- Have been reading this lovely old tome: Who the Devil Made It by Peter Bogdanovich
This book continues to be a great inspiration, and I luckily nerdily owned so many Charley Chase DVD sets that I was able to pop in one of the short silent films that Leo McCarey directed and watch it immediately after reading his interview. So that was really fun, and it was quite a fun Charley Chase comedy, although seemed only half survives of the 2-reeler. It was "All Wet" (1924) (thus my title above). Oh, darn, as I was checking that date on IMDB, it claims Janet Gaynor is an extra in it! Bollocks, have to go back and watch it again..! It was a fun movie despite only half surviving, with a really great gag with a car getting pulled further into the mud than you can imagine. It was not McCarey's first film directing. He directed some days on sets of Tod Browning features, but his own fully directed first feature (at least according to Bogdanovich's book) was Society Secrets from 1921, and I do not know if that one survives.
And embarrassing admission time now, all the most famous Leo McCarey movies, I haven't seen them! Really not sure how I missed so many films by a fellow Irishman! Maybe because he was born in California, so can't really trust that type of Irishman, can ya? My sad report is I had seen only Duck Soup and The Milky Way, plus the Charley Chase silent shorts and many Laurel & Hardy silents that he either directed or more often was supervisor (with frequent story origination or collaboration via oversight). So I feel well-steeped in his comic sensibilities from those Laurel & Hardy and Charley Chase films, but I guess it's time to watch his most acclaimed films that you've probably all already seen, but here are some of the bigger hits if you didn't know: The Awful Truth (1937), Make Way for Tomorrow (1937), Going My Way (1944), The Bells of St. Mary's (1944), An Affair to Remember (1957), Ruggles of Red Gap (1935), and Love Affair (1939).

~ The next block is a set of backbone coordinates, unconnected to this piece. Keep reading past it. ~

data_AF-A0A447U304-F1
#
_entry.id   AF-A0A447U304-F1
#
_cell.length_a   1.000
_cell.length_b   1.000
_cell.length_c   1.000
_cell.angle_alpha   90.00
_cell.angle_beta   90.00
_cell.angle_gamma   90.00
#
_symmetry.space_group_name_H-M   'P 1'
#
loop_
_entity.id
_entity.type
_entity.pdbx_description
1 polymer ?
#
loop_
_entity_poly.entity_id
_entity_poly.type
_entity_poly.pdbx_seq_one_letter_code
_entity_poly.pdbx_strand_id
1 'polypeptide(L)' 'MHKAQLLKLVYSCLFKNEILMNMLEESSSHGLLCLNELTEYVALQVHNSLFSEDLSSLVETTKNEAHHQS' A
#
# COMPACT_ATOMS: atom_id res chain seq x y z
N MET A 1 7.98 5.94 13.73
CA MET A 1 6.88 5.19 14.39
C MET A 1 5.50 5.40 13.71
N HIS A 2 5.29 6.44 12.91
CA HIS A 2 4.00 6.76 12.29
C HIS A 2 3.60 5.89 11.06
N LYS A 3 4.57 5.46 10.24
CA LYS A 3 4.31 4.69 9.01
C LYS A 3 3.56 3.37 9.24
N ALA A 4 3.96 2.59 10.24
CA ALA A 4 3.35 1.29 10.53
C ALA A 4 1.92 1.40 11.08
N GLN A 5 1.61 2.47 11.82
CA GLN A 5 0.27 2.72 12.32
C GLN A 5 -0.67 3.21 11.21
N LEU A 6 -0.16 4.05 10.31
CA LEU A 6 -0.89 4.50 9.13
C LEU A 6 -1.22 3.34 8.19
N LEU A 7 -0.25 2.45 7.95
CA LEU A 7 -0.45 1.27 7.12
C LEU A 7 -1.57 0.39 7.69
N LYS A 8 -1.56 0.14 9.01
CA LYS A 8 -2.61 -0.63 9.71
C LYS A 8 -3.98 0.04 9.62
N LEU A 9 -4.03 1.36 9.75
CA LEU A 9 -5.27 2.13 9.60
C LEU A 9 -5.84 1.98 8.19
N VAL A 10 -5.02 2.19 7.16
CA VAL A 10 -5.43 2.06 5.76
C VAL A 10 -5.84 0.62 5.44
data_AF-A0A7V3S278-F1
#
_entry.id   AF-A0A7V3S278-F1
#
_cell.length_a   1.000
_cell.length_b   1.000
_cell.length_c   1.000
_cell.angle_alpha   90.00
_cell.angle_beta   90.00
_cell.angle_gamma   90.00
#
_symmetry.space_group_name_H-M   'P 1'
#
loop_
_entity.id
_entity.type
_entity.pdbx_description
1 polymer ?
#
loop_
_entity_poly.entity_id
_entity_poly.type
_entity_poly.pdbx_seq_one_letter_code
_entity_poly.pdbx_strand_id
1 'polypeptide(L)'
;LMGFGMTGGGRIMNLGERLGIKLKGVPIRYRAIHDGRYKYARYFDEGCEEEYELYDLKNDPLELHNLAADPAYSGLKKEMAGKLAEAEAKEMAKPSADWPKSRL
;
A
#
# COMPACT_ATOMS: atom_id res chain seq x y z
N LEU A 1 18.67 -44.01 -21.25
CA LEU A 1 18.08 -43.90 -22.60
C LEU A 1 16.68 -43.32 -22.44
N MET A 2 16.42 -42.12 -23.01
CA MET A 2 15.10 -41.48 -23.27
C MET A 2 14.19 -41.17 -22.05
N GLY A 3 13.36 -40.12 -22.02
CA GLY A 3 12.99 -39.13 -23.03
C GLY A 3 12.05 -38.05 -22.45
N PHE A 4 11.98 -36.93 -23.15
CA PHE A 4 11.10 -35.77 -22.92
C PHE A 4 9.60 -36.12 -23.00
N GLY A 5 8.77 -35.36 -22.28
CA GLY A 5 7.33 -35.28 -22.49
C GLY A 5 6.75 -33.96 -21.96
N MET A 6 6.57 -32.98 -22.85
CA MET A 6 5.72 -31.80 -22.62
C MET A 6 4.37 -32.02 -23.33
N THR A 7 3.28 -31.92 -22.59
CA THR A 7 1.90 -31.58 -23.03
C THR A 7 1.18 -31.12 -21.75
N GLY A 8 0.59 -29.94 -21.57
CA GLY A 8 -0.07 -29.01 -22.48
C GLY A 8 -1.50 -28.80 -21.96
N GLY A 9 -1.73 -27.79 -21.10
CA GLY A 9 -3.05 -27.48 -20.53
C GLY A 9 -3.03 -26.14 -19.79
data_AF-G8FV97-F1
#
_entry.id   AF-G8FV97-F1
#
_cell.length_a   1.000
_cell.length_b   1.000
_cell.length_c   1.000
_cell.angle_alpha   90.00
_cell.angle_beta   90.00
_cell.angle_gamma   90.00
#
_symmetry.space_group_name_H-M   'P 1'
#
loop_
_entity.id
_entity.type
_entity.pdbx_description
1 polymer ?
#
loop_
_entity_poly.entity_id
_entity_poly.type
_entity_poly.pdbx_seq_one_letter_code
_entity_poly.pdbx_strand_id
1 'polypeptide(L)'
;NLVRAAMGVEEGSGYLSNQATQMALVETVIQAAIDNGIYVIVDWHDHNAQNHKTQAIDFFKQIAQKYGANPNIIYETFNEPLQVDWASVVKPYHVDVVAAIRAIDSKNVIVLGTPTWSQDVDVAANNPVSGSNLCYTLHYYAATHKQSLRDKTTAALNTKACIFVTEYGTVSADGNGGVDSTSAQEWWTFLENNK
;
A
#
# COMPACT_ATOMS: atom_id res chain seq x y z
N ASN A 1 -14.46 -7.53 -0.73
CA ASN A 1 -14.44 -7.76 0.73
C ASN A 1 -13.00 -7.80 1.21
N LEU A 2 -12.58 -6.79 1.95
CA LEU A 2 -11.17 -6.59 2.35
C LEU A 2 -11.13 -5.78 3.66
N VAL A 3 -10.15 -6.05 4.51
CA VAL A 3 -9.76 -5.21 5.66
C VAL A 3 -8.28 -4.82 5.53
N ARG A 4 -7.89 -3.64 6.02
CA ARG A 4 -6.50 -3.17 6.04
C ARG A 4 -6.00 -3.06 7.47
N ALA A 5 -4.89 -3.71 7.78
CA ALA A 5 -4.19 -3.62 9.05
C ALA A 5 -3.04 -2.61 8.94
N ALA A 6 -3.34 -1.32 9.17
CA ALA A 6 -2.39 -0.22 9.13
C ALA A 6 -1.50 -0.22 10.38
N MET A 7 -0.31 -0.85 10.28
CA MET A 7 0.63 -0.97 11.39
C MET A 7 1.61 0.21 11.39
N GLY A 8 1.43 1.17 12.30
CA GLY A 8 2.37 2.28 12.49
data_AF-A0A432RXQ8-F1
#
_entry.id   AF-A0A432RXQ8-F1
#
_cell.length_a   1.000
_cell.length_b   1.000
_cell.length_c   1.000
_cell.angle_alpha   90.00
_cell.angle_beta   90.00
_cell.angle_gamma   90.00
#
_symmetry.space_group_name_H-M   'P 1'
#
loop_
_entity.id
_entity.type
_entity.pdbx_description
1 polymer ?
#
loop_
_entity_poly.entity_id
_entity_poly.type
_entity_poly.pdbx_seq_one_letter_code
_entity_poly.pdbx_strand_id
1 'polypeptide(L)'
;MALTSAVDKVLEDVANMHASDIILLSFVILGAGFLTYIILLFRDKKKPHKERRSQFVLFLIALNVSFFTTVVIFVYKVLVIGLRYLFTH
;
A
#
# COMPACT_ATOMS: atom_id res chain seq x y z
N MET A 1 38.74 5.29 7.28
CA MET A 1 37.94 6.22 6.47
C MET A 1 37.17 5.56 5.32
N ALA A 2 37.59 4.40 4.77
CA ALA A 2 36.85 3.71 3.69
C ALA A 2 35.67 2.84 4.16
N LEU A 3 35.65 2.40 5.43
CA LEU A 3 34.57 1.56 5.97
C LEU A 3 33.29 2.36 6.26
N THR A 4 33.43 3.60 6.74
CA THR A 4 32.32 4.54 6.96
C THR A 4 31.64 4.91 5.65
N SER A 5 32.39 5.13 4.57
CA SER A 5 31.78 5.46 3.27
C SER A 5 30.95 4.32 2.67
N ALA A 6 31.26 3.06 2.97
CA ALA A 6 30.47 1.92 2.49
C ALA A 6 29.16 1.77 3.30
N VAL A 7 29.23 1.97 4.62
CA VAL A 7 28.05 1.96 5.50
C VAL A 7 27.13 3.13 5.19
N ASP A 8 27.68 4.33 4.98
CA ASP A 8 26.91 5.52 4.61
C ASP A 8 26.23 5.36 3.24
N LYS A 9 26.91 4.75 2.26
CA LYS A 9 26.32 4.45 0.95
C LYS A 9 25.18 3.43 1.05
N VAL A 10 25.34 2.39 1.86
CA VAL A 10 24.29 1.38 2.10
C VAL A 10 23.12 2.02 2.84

But mainly just thanks to Peter Bogdanovich for writing such a great book and taking the time to interview all these directors, even when they were coughing on their deathbeds, as Leo McCarey was-- he practically helped kill him?! It's a pretty amazing thing when a book can inspire you to rush right out and try to watch the person's movies.